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It's Bison, not Buffalo! - The American Bison

Updated on December 30, 2010

An Endangered Species Success Story of the American Bison

Nothing is more symbolic of America more than the American Bison (well, maybe the bald eagle, too). These large, intimidating creatures were once on the verge of extinction until they were reintroduced into Yellowstone National Park and on Elk Island in Alberta, Canada. Bison are commonly called "buffalo" by many, however, they are technically bison.

Some of these excellent photos provided by Wallpaper by Design

Why Not Buffalo?

The common misnomer of the bison

Buffalo was the term bestowed upon the mighty beast when Europeans first gazed upon them. They most resembled the African and Asian Water Buffalo they were used to seeing across the Atlantic, so the misnomer stuck. While they are related, they are more closely related to the European Bison, or wisent.

Right: An African Buffalo Bull. Photographed at Mabula Game Reserve, South Africa, 2004 by Paul M Rae.

On the Verge of Extinction...

A once VERY endangered species

Around 1800, it was estimated that there were 40 million bison in the United States. By 1900, there were less than six hundred left in North America. The vast majority of these bison were killed in the 1800s for leather goods and to deplete the food source of the Native Americans, ensuring their extinction. As few as 50 were saved by some conservationists. All of the bison you see today are descendents of these 50 or so buffalo.

Bison Fact:

At the end of the 1800's, the numbers in the last Yellowstone Bison herd were as low as 23. Due to the Endangered Species Act, these numbers have increased to around 3500 in the park today!

Have you ever seen a Bison in person?

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The Big Comeback

Bison are back, baby!

Due to the preservation efforts of conservationists and private ranchers starting in 1899, the Bison's numbers rebounded. However, these Bison were privately owned. Most of these Bison were sent to Elk Island National Park in Canada to be reintroduced in 1907.

Another small group of Bison, the only wild American Bison left in the world, managed to evade capture and hunting in the Pelican Valley of Yellowstone National Park. The numbers in this herd were as low as 23. Due to the Endangered Species Act, these numbers have increased to around 3500 in the park today and 350,000 total. This is a huge comeback compared to the single digit numbers of the early 1900s.

Buffalo, I mean Bison, on YouTube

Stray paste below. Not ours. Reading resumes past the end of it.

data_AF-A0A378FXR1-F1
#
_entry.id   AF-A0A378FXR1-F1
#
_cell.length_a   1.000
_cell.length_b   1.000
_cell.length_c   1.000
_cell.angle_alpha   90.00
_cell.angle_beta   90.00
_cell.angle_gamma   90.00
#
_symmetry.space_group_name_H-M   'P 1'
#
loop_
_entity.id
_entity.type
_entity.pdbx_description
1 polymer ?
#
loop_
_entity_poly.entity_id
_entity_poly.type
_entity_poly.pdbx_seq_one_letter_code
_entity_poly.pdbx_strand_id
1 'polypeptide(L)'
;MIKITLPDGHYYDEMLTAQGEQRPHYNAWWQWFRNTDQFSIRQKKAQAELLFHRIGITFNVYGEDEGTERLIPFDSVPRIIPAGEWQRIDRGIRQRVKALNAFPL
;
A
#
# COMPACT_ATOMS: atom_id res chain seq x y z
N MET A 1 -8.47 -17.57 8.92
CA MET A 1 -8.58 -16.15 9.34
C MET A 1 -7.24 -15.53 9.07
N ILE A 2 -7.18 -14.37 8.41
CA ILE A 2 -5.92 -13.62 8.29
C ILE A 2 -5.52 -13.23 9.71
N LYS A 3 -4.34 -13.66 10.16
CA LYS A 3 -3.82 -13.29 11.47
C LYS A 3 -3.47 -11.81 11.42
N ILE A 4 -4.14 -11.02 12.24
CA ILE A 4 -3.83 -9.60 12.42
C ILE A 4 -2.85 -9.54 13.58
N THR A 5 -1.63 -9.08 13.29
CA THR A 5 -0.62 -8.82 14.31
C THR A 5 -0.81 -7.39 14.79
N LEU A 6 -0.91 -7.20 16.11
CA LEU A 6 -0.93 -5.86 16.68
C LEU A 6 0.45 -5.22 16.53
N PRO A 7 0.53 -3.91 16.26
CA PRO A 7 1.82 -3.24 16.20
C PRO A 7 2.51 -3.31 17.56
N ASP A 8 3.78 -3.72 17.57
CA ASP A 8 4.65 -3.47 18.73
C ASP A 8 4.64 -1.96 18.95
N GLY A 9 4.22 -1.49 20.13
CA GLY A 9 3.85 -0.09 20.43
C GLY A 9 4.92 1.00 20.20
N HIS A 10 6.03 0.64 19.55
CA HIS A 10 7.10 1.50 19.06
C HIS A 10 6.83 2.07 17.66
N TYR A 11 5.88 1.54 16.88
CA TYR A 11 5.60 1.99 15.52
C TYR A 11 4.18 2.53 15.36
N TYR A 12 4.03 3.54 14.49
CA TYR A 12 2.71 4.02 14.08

What Do Bison Look Like?

The appearance of the rugged American Bison

Bison have a large, dark brown, thick winter coat, replaced with a lighter brown summer coat. On the average, they are a 6 feet tall, 10 feet long, and around 900 pounds! American Bison are known for their characteristically large head with bull horns, which are found on both sexes. Bison live usually around 15 years.

Bison mate at the end of summer in August and September. The calves are born in the spring after, a reddish brown color. These calves will be nearly full grown at 3 years of age.

More History of the Bison...

Thunder on the Plains: The Story of the American Buffalo
Thunder on the Plains: The Story of the American Buffalo

"This is the story of a great shaggy creature, a very American beast, one found here and nowhere else." From the days when its distant ancestors crossed a long-vanished land bridge from Asia to Alaska, through its heyday on the Western plains and on to near-extinction by the early 1900s with the arrival of the white man, Robbins concisely and clearly charts the animal's evolution. He contrasts the attitudes of the newly arrived Europeans (who shot buffalo for their tongues and hides alone, or shot them from aboard trains "for fun") with Native Americans, who used every part of the buffalo for food, clothing, shelter and vital implements.


Bison Grazing in Yellowstone

Bison Grazing in Yellowstone
Bison Grazing in Yellowstone

Visit the author of this page on Tumblr!

Give a shout out to the Bison! - Have you seen a bison before in the wild?

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    • Kiwisoutback profile imageAUTHOR


      5 years ago from Massachusetts

      @anonymous: Hi, if you'd like to kindly point those out I can review. Thanks!

    • profile image


      5 years ago

      Nice site, however, some of the facts about bison are muddy, and a few are just plain wrong

    • Dmarieinspires profile image

      Dana Marie 

      6 years ago from St. Peters, MO

      Thanks for the lesson :) beautiful creatures

    • montanatravel52 profile image


      6 years ago

      Love it - I grew up in MT, close to Yellowstone, and would see buffalo, I mean bison ALL of the time! You might be interested in my lens on YellowstoneParkBison (published but still working on adding more fun bison stuff)! Thanks for your "display" of the bison - amazing animals!

    • GonnaFly profile image


      7 years ago from Australia

      Thanks for clearing up the differences. This lens has been blessed and added to my animal alphabet lens.